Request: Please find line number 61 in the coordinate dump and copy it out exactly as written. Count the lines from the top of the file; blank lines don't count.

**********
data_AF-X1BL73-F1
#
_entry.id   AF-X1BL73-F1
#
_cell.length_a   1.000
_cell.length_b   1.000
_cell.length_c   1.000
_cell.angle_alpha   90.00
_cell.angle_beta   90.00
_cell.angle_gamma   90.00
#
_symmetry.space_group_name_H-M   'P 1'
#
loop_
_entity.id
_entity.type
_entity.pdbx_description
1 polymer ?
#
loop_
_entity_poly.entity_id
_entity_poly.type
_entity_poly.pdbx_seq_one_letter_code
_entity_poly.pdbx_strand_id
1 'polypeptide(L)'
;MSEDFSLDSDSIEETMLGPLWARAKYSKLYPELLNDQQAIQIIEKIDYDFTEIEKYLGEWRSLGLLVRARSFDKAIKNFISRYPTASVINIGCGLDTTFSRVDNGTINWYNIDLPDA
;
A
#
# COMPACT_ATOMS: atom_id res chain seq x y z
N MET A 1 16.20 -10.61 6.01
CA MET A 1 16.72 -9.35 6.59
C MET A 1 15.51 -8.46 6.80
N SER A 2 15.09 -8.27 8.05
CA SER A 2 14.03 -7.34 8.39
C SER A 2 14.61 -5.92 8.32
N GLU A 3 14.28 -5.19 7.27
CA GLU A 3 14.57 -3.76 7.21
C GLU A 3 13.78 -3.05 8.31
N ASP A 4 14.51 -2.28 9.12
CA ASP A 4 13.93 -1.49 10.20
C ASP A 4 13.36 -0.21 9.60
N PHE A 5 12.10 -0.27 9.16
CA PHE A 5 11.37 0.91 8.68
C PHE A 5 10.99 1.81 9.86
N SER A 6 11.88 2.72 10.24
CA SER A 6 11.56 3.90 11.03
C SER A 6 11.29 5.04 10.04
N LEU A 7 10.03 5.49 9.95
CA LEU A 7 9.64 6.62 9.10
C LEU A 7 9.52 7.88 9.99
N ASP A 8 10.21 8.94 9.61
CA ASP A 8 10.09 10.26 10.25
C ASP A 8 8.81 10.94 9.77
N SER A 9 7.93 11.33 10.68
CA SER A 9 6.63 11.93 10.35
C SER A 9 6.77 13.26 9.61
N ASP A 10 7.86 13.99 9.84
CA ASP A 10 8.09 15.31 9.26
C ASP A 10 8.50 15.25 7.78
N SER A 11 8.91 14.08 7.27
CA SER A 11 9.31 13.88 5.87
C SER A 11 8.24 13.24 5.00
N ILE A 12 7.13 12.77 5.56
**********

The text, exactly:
N SER A 11 8.91 14.08 7.27